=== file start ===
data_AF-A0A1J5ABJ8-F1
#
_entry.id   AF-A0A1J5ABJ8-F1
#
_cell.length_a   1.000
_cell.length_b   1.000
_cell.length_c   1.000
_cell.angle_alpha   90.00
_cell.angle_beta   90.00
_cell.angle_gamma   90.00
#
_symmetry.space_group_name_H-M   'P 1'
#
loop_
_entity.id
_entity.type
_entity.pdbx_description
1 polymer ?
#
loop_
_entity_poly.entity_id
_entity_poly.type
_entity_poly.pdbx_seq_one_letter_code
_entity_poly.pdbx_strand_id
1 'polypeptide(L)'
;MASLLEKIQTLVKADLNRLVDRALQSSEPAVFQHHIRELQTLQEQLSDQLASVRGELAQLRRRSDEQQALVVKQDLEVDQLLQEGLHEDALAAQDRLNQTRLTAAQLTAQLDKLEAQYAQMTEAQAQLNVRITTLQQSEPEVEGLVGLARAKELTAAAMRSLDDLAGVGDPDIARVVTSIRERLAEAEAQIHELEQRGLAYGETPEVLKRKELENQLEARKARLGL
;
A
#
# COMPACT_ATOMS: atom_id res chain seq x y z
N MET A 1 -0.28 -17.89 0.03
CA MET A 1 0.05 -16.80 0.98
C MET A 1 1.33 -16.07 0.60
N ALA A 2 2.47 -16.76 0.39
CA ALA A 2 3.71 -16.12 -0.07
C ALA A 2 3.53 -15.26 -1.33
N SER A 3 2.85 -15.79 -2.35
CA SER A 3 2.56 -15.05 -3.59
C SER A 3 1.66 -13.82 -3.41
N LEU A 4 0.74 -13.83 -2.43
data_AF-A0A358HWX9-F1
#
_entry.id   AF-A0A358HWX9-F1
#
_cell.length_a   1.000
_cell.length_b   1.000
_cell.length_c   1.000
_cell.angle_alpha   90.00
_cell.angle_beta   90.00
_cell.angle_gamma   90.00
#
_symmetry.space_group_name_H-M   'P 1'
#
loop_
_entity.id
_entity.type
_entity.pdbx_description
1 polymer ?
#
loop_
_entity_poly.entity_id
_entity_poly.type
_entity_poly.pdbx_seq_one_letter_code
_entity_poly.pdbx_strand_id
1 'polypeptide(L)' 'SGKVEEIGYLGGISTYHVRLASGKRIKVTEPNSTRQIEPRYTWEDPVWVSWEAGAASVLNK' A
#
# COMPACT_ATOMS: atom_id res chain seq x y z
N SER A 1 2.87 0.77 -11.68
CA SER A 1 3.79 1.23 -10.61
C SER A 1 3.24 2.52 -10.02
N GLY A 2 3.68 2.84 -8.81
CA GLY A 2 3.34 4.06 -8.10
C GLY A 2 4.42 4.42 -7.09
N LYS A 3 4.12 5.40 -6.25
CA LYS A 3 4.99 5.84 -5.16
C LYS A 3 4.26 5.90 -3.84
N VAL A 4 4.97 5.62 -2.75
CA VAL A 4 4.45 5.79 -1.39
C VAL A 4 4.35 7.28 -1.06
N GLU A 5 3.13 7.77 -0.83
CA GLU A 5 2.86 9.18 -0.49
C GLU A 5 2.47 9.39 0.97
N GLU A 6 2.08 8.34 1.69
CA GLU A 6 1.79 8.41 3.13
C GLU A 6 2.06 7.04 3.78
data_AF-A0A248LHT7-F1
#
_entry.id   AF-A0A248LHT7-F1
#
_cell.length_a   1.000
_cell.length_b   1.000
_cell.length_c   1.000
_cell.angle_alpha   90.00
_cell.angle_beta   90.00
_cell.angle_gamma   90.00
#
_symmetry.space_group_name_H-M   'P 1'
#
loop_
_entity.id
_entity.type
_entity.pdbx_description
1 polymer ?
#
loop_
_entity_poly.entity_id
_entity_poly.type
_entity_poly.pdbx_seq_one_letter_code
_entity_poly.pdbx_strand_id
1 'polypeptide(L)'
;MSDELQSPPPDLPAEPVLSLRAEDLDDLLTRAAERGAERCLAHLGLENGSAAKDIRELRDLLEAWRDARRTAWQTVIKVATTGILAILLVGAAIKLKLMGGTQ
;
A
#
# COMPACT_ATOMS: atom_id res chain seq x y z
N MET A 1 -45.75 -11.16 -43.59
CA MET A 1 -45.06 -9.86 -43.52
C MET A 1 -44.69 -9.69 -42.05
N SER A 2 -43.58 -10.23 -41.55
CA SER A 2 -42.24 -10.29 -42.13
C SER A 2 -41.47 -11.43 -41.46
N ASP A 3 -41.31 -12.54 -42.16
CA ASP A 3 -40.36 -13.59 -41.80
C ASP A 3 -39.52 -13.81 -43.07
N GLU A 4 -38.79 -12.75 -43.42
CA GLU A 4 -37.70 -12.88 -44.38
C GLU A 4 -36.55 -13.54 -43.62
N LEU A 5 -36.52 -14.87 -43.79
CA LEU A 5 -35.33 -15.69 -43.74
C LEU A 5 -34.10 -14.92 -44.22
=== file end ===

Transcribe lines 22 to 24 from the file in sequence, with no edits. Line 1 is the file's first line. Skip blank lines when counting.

_entity_poly.type
_entity_poly.pdbx_seq_one_letter_code
_entity_poly.pdbx_strand_id